I opened the aluminum chest and pulled out the stack of nineteen School Books.  Nutan, who noticed what I was doing, explained in Hindi to Mamta what the School Book was and that I wanted her, in particular, to have one.  I turned, stack in hand, and gave a copy to Mamta.  Her expression was uncertain as she figured out what this was.

You cannot hand an item to one child in a classroom without every other child in the room rushing forward for the same thing, and I was immediately surrounded.  Little children with little open hands, reaching, jumping, chirping “sir!,” “sir!,” “sir!”  (This is especially true if some of the children have experience as street beggars.)  I held the stack high so the children could not reach them, and moved across the room so I could set it down on a high wall and use both hands for distribution and crowd control.  Kids who had no idea what the School Book was and would not have cared about it if they had known desperately wanted a copy.  I distributed to the older children first, then to the younger ones, trying to place each copy in the correct hands without another hand grabbing it first, trying to ensure that siblings had a copy to share, trying to ensure that larger children didn’t come back for a second copy before the smaller children got one.  In the midst of it all I saw Mampta pushing into the crowd, reaching.  I was not going to give her a copy because she already had one, but she was reaching for my empty hand.  As I turned toward another kid to hand out a book, I heard her say “thank you” and I saw her face—an appreciative expression—out of the corner of my eye.  I kept distributing the school books, figuring that I’d have that conversation with Mamta in a few seconds when I was finished.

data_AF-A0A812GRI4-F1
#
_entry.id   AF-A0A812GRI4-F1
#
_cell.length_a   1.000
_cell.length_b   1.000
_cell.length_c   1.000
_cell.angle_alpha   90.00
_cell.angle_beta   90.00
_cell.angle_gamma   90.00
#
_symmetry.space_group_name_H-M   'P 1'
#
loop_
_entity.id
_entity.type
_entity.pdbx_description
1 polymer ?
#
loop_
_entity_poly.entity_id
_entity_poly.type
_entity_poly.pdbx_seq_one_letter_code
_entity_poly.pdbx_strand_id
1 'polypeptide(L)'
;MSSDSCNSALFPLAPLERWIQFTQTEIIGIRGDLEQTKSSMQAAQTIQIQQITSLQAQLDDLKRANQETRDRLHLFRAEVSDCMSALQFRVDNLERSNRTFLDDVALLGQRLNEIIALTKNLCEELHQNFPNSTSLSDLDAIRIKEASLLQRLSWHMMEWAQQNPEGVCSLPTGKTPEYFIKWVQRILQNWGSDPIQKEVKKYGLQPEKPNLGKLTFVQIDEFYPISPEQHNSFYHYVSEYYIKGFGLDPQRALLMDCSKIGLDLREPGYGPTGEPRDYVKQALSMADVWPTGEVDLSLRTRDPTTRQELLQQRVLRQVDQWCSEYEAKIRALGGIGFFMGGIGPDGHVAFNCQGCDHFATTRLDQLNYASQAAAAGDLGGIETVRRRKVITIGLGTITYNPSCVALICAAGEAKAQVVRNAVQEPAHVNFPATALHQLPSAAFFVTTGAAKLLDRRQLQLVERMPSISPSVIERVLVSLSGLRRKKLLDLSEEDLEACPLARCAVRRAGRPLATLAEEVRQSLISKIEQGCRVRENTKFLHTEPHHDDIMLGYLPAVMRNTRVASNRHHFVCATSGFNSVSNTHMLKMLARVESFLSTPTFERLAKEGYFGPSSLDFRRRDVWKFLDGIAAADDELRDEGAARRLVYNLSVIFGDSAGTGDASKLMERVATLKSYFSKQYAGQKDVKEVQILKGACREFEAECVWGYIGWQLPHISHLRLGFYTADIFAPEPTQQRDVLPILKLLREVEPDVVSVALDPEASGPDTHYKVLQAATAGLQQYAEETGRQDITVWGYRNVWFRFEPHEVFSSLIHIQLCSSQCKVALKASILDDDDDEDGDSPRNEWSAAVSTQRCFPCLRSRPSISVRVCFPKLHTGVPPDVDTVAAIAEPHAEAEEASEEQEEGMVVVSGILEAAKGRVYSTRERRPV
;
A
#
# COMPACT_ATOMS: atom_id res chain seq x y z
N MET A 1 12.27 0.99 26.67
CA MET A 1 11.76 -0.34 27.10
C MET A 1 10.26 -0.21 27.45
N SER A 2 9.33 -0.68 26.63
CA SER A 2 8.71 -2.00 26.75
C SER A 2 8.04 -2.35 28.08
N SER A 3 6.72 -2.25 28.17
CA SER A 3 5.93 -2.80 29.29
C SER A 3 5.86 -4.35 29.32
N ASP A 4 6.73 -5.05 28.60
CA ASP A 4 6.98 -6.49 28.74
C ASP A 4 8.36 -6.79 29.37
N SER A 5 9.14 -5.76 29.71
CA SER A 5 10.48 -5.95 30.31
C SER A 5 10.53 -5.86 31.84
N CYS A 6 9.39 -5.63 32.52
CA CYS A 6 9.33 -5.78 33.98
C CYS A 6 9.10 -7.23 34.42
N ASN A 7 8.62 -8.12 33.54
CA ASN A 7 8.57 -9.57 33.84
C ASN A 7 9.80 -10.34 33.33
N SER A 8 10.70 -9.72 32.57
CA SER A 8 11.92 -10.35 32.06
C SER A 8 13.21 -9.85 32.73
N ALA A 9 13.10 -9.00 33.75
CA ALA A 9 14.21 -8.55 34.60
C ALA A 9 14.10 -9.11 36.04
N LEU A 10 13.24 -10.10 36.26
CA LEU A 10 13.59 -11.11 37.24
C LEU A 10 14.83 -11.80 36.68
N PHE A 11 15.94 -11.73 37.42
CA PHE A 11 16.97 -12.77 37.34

*                                  *                                  *

Intimacy does not come easy, but it is worth chasing.  If the point of traveling is to experience and learn about something new—as opposed to merely doing the same things in front of a new backdrop, or snapping photos of Wikipedia-ed landmarks so you can prove that you’ve been there—then intimacy is irreplaceable.  If yours is a people-oriented trip, it is not enough to see them in restaurants, hotels, and the street.  You’ve got to participate in their daily lives.  If yours is a nature-oriented trip, it is not enough to see the terrain from a train window.  You have to shoulder a pack and live in it.  Those are not easy things to do.

At intimacy, volunteer vacations excel.  Had I come to India without GlobeAware (my volunteer vacation company), I would never have met any of the children.  I would not have entered a slum.  I would not have gotten to know Nutan.  I would not have experienced the closeness of the slum, the smell of the people, the sounds of an upstairs neighbor walking across the sheet of tin that constitutes the ceiling.  With GlobeAware, I could join the camaraderie of the children, feel their small hands in mine, hear the happy shouts of “tri-an-gle!” as I hopped across a dusty floor.  I could ask Nutan frank questions about her arranged marriage and I could feel the way that India is changing.

*                                  *                                  *

As soon as I handed out the last School Book I looked for Mamta.  She was gone from where the circle of kids had stood and gone from the schoolhouse.  I stepped into the schoolyard, but I did not see her.   I stepped through the metal door into the dirt paths of the slum, scanning for the hip-height girl in the smudged white dress.  She was not there.  I wanted this last goodbye with Mamta; I wanted her to know that she was special to me; I wanted to know that I meant something to her.  I left the group and walked to her house.  Nothing.

I never found her.  Since then I have often remembered her, and Nutan, and the other children, and I regret that my last interaction with Mamta brought no more closure.  I wish I had not turned away when she came to say thank you; I wish I had not ignored her outstretched hand.

Fulfillment is meeting an outstretched hand.  I hope that one day, Mamta can read this post.  But I am thankful that, through this volunteer vacation, we were at least able to brush fingers.